RENEE MONTAGNE, HOST:
Now to something that continues to be a political rallying cry, Obamacare. Starting this year, employers with 50 or more workers must offer health insurance. But a lot of farmers and labor contractors are complaining about the cost, and they're worried they may have an immigration headache on their hands. From KQED in San Francisco, April Dembosky reports.
APRIL DEMBOSKY, BYLINE: Pickup trucks line the parking lot outside the agricultural center in Stockton. Inside, men with broad shoulders wearing denim jackets and cowboy hats listen to a lecture on Obamacare.
UNIDENTIFIED MAN: (Speaking Spanish).
DEMBOSKY: These guys are farm labor contractors. When farmers need a crew to pick cherries or pumpkins or asparagus, they call the contractor to send the workers.
JESSE SANDOVAL: We're basically a staffing agency in agriculture.
DEMBOSKY: Jesse Sandoval has about a hundred farmworkers on his payroll. Buying health insurance for all of them will cost $30,000 a month. Sandoval says there's just no way he can absorb that into his budget.
SANDOVAL: Oh, yeah, yeah, no, no, no, no. I mean, just the numbers aren't there. If my margin's 10 percent and I'm going to have to increase it, you know, 10 percent, well, that's not - that doesn't work.
DEMBOSKY: So like a lot of contractors, he's passing the bill onto the farmworkers as much as he's allowed under the Affordable Care Act. But for farmworkers who pick oranges or peaches for $10 an hour, the affordable rate is still too high.
AGOSTIN GARCIA: (Speaking Spanish).
DEMBOSKY: Agostin Garcia says the two contractors he works for near Fresno offered him insurance, but when he saw the price tag, he turned them both down.
GARCIA: (Through interpreter) For me, I'm the only one who works in my house. There's five of us in the family. It just wouldn't work. Either I pay for health insurance or I pay the rent and utilities.
DEMBOSKY: Garcia says when farm labor contractors hand out packets explaining the coverage, the page where you reject it is right on top.
GARCIA: (Through interpreter) I think they do it intentionally. They comply with the laws by saying I offered, but they know that nobody's going to accept it. They know that nobody's going to pay those amounts.
DEMBOSKY: The cost isn't the only thing about Obamacare stressing people out in the Ag industry. Some are worried about immigration problems. Employers have to file new healthcare forms with the IRS for all their workers whether they accept the insurance or not. Attorney Kaya Bromley says this will make it harder for some contractors to turn a blind eye if workers give them fraudulent documents.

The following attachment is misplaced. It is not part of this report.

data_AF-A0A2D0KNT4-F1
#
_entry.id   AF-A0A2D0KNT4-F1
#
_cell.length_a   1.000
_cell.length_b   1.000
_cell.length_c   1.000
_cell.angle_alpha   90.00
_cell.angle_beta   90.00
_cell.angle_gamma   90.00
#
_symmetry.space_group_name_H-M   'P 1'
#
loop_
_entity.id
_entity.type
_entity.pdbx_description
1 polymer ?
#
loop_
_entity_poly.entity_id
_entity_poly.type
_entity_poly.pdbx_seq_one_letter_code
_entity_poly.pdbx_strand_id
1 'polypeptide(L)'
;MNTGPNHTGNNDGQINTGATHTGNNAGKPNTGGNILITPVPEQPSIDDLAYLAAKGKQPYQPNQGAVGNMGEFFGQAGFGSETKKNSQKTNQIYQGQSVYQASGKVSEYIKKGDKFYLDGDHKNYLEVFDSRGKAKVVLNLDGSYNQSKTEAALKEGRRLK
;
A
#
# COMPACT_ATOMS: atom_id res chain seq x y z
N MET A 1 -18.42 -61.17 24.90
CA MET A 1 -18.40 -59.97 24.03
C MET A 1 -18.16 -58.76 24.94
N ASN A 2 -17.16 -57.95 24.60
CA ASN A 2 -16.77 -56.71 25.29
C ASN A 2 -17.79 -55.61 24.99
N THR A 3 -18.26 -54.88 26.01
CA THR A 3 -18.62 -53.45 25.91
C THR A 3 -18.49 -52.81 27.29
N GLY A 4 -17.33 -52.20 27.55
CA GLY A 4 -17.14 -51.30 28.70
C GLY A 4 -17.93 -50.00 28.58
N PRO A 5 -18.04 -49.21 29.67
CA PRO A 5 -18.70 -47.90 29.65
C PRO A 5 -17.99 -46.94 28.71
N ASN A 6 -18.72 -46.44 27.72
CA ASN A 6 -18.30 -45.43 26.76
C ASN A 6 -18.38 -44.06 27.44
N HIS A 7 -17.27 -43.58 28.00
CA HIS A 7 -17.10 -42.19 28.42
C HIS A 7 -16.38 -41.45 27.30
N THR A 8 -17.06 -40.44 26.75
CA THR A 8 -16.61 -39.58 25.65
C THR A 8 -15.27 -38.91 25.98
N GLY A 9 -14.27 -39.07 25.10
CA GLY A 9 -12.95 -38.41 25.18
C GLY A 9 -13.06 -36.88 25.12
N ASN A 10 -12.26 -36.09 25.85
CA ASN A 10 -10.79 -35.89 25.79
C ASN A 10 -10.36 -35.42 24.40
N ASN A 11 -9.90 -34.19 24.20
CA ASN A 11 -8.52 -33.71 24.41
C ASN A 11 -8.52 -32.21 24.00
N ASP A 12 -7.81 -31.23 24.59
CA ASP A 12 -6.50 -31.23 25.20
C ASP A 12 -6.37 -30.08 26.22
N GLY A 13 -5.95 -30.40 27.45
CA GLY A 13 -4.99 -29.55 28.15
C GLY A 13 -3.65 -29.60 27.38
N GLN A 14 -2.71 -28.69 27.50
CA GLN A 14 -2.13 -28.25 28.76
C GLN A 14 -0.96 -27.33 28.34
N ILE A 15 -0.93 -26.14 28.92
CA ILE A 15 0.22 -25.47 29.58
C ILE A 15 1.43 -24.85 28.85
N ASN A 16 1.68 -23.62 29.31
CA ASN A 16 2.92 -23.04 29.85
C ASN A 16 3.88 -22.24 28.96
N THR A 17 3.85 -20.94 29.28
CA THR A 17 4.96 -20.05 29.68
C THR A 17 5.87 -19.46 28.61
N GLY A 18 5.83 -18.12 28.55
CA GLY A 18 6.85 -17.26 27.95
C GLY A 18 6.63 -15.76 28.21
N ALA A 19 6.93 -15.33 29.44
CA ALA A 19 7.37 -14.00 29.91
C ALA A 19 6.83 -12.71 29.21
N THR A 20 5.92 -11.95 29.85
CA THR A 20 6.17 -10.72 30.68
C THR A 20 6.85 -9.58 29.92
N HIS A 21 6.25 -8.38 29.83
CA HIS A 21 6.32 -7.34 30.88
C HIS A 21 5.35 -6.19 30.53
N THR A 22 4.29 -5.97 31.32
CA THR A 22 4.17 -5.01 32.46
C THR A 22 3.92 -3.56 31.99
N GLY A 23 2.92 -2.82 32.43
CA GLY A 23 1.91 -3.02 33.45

KAYA BROMLEY: Now that there's more transparency because of all of the reporting, I think we're going to have a lot more data to understand how many illegal or undocumented workers we have.
DEMBOSKY: Among the contractors she consults for, Bromley has seen a range of quasi-legal and even illegal strategies to sidestep the health law.
BROMLEY: I have heard of employees who are choosing to opt-out because they want to fly under the radar. And I've also heard of employers who are urging the opt-out or at least encouraging it. And I warn all of them that they are going to be in big trouble.
DEMBOSKY: Farm labor contractors say they're stuck in a Catch-22. Technically, undocumented immigrants aren't eligible for Obamacare benefits. But employers can't admit that any of their workers may be here illegally, so they have to offer the insurance or face stiff fines from the IRS, maybe even a discrimination claim. Golinda Vela Chavez helps run a contracting company in Salinas. For her, talk of Obamacare mainly brings up frustration with the country's immigration system. She says the U.S. doesn't enforce the borders but then doesn't let people work.
GOLINDA VELA CHAVEZ: Now all of a sudden, the employer's evil.
DEMBOSKY: Contractors wonder how they're supposed to comply with the new healthcare law when there's still so much contradiction in the immigration system.
CHAVEZ: Our government, all they do is talk about it. They don't fix anything. They make everything worse.
DEMBOSKY: She says the Affordable Care Act is a cookie-cutter, and the complexities of the farming industry just don't fit. For NPR News, I'm April Dembosky.
MONTAGNE: That story is part of a reporting partnership with NPR, KQED and Kaiser Health News.
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